A Fool’s Tale
My life has changed so much since I started using the SMART Recovery tools that in many ways the activities I’m engaged in are taking the place of the support I once only found here.
I still remember the night everything changed. My drinking had been grown from a couple of times a week to heavy drinking every day, in part as a way of coping with some very negative things going on in my live. My wife was suggesting I find a new job, one that would require that I get an apartment several hours away and be “home” only a couple of weekends a month. A new job or an early retirement was on the horizon as the writing was on the wall that my future in my current position was bleak. I had an interview lined up and had driven to the town to do a little intelligence gathering. I wasn’t real happy about the prospect of living in two places and the visit deepened that feeling.
I stopped and picked up a half-pint of vodka and continued driving. Drank some more that night and continued to drive. A few hours later I was stopped for speeding; 40 in a 35 if I remember correctly, and instead of waiting in my car as I usually did, got out and tossed the keys on the roof – a act of surrender or a call of help? Pretty sure you can figure out what followed from that point.
Woke up the next morning in the county jail, April Fools Day, 2011. The next few months were pretty rough. That next weekend I had to be in New Orleans for a conference, try spending your first sober weekend in a hotel ½ mile from Bourbon Street. I spent a lot of time in my hotel room reading on SROL. It was that weekend that I did my first CBA (after a kind but firm nudge from a SMART Volunteer). It took a lot of work to rebuild the trust I’d lost with my family, a lot more to learn to accept my past and move on rather than continually reliving it. If not for the resources and the people here not sure I’d have made it.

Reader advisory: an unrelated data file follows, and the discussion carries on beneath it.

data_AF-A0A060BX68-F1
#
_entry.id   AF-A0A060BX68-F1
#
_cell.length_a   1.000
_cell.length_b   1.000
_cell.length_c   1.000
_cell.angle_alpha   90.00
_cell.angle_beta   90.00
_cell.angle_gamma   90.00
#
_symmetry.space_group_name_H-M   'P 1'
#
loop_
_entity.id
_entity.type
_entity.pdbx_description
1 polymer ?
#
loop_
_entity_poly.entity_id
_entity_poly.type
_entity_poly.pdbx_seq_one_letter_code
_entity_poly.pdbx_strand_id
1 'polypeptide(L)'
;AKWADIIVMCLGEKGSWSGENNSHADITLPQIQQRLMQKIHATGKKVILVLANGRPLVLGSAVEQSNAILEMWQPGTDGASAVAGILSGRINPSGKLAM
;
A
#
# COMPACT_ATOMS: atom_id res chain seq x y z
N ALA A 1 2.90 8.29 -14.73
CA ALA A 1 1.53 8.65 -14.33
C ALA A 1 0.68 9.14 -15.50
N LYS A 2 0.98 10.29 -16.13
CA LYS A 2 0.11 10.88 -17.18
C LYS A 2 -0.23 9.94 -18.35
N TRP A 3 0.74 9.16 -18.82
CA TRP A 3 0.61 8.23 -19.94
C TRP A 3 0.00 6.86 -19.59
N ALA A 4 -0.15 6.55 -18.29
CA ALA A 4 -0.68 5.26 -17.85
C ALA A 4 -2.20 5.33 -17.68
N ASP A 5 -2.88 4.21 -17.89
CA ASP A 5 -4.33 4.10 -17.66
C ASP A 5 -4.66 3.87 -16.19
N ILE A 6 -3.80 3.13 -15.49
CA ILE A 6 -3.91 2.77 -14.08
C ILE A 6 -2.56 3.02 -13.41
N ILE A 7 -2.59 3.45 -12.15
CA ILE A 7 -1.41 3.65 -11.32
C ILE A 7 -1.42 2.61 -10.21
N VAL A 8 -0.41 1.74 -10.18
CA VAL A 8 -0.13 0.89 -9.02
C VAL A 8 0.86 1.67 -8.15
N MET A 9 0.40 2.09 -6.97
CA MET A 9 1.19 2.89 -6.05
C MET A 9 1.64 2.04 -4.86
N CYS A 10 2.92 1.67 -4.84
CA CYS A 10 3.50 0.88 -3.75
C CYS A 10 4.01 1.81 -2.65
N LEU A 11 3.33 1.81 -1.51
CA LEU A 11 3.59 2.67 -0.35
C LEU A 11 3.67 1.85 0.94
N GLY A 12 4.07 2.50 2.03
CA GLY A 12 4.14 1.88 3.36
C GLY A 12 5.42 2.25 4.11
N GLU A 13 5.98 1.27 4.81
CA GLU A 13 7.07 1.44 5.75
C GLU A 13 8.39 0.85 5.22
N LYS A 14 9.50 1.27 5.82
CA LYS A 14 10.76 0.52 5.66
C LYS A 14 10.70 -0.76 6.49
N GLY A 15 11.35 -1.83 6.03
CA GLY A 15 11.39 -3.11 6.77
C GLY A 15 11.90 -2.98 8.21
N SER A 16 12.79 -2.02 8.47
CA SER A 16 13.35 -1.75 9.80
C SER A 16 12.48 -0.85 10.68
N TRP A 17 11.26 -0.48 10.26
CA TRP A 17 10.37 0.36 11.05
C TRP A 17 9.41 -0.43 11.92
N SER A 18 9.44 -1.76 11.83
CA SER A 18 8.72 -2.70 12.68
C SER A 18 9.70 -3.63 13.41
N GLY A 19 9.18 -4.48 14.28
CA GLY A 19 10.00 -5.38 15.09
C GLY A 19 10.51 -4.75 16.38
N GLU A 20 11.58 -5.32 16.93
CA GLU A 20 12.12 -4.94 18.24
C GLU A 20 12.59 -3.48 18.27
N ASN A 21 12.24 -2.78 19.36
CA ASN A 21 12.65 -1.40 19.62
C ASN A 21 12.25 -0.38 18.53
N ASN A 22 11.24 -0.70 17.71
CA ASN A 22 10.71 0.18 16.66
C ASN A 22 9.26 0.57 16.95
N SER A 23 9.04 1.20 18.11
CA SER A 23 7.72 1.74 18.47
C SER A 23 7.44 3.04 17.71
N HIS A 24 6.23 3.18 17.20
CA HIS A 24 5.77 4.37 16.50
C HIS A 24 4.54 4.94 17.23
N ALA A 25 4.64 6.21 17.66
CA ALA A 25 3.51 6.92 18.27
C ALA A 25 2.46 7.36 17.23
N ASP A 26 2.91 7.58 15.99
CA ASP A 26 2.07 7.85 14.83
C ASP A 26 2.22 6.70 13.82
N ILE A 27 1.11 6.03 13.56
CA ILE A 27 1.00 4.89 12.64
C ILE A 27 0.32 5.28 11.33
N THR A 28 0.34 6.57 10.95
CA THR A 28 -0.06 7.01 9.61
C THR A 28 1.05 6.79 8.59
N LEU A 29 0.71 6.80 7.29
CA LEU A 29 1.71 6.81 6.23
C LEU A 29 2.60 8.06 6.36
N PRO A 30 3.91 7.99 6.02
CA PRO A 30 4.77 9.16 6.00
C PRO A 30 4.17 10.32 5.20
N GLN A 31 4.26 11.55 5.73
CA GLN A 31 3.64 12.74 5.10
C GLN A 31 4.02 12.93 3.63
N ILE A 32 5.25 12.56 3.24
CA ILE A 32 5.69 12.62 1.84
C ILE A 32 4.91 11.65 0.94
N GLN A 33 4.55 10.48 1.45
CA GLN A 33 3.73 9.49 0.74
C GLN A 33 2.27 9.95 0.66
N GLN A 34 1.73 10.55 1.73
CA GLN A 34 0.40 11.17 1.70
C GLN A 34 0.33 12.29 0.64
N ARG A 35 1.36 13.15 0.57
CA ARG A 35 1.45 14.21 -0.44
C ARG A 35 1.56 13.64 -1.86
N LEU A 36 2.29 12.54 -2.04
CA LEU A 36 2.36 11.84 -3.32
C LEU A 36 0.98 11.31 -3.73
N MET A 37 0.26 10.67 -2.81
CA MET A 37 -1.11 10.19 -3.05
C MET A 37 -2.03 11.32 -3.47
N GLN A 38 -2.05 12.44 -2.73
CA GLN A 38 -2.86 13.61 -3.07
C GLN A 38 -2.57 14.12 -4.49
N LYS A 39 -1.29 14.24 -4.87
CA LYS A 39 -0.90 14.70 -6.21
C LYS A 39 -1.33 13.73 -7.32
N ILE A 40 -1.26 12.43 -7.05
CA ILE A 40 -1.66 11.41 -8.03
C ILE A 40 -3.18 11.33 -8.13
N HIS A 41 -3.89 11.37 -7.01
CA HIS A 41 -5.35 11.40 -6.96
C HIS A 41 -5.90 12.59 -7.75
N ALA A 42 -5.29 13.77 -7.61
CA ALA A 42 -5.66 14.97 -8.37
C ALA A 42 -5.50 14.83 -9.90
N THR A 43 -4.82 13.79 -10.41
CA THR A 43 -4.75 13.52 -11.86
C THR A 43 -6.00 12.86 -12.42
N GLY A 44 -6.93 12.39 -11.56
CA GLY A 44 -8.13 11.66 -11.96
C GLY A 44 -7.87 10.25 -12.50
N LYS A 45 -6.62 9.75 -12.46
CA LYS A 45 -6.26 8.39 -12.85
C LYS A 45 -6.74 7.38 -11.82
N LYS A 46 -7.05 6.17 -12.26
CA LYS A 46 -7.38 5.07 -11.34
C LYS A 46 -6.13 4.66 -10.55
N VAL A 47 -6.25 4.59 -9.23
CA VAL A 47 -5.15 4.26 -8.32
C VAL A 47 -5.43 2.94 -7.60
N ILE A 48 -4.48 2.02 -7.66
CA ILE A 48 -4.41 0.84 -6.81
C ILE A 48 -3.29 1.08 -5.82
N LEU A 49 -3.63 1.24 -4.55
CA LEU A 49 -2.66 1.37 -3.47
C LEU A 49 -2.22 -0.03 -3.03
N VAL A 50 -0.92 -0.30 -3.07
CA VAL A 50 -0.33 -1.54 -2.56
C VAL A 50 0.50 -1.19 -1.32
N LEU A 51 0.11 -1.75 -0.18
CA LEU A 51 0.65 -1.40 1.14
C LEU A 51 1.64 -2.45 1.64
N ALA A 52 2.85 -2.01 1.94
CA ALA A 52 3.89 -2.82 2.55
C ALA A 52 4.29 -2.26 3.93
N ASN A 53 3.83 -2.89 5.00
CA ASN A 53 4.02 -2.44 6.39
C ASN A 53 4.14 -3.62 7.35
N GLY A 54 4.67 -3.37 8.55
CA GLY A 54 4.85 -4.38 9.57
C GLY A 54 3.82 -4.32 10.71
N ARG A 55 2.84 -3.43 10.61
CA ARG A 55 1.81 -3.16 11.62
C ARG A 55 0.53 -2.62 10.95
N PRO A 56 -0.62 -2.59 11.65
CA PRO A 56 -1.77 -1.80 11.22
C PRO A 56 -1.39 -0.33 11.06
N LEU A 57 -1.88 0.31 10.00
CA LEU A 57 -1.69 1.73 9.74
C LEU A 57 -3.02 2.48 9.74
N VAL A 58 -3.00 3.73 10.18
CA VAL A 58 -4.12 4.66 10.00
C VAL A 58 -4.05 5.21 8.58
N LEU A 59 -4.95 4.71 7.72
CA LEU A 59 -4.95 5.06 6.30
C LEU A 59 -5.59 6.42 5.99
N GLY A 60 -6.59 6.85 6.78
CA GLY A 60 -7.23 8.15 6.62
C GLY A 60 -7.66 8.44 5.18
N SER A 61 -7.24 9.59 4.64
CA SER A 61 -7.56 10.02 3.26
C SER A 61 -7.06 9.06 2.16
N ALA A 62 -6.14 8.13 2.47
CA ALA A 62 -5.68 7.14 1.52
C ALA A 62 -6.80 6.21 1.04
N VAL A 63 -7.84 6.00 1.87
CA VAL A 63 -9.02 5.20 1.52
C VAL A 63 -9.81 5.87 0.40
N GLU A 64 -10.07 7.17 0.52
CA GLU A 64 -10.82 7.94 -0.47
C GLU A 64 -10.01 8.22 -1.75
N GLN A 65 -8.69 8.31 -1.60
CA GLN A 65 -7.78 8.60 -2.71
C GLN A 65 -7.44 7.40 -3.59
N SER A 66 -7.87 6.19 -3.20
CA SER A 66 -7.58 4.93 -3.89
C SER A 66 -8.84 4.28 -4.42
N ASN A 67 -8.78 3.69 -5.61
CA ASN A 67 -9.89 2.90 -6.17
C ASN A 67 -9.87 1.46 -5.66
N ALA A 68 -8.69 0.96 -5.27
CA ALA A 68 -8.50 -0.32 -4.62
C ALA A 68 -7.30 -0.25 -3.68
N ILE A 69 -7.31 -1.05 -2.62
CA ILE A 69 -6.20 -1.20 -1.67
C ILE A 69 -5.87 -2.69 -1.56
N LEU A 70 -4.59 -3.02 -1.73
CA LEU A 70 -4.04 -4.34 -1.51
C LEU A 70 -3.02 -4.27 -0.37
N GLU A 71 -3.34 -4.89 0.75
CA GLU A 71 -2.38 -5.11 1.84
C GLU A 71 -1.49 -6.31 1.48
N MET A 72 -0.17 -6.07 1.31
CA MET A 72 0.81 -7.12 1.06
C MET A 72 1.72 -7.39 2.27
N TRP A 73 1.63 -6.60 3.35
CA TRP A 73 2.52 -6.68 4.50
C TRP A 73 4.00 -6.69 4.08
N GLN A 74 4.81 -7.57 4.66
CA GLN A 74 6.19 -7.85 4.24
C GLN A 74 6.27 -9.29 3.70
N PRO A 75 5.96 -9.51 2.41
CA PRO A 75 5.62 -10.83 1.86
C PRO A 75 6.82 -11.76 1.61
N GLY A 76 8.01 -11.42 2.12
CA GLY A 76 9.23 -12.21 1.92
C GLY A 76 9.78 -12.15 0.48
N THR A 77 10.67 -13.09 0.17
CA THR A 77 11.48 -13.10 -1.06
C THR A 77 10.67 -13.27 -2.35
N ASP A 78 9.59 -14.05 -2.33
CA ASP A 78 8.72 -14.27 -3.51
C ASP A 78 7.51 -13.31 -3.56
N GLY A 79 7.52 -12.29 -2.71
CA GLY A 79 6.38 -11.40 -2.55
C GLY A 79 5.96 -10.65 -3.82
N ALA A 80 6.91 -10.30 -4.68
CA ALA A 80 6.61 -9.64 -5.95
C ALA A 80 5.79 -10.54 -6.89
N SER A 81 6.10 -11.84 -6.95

In the last 18 months I’ve landed my dream job and moved to a town closer to family and friends with more activities I enjoy than I can fit into my day.
One of the things that appealed to me was the prospect of “graduation.” The previous options I’d been offered for recovery seemed to me to be nothing more than continually reliving the “sins of my past” and accepting my failures. A pretty depressing view of recovery, in my humble opinion.
Lots of good things have happened as I learned to about the Stages of Change, Unconditional Self-Acceptance, Hierarchy of Values and the other tools here. The ABC tool is almost automatic know, and I often stop myself as I start to respond to the first emotional reaction to a situation and look at what’s happening rationally. Not perfect and never will be but I’m much happier with my full toolbox. In the last 18 months I’ve landed my dream job and moved to a town closer to family and friends with more activities I enjoy than I can fit into my day. Life still has it rough patches but my “shock absorbers” are much better suited to handle them now and I’m enjoying life each and every day.
Time now to enter my next stage of recovery. When I was drinking I wasn’t taking real good care of myself. The empty calories from the alcohol and the snack food that went with it added pounds I didn’t need. Motivation was pretty low too and trips to the gym didn’t happen. Especially in the early stages of recovery, I rewarded myself with comfort food for the little successes, which didn’t help much either. Time now to work on dropping the unwanted poundage and getting back in shape so I can keep up with the grandkids and more fully participate in all the outdoor activities my wife and I enjoy. It seems to get harder to drop the weight as I get older and I’m still recovering from surgery to repair a long- standing ankle problem but I’m confident that the tools that have served me so well in learning to make the hard choices about my drinking will get me through this next leg of my journey.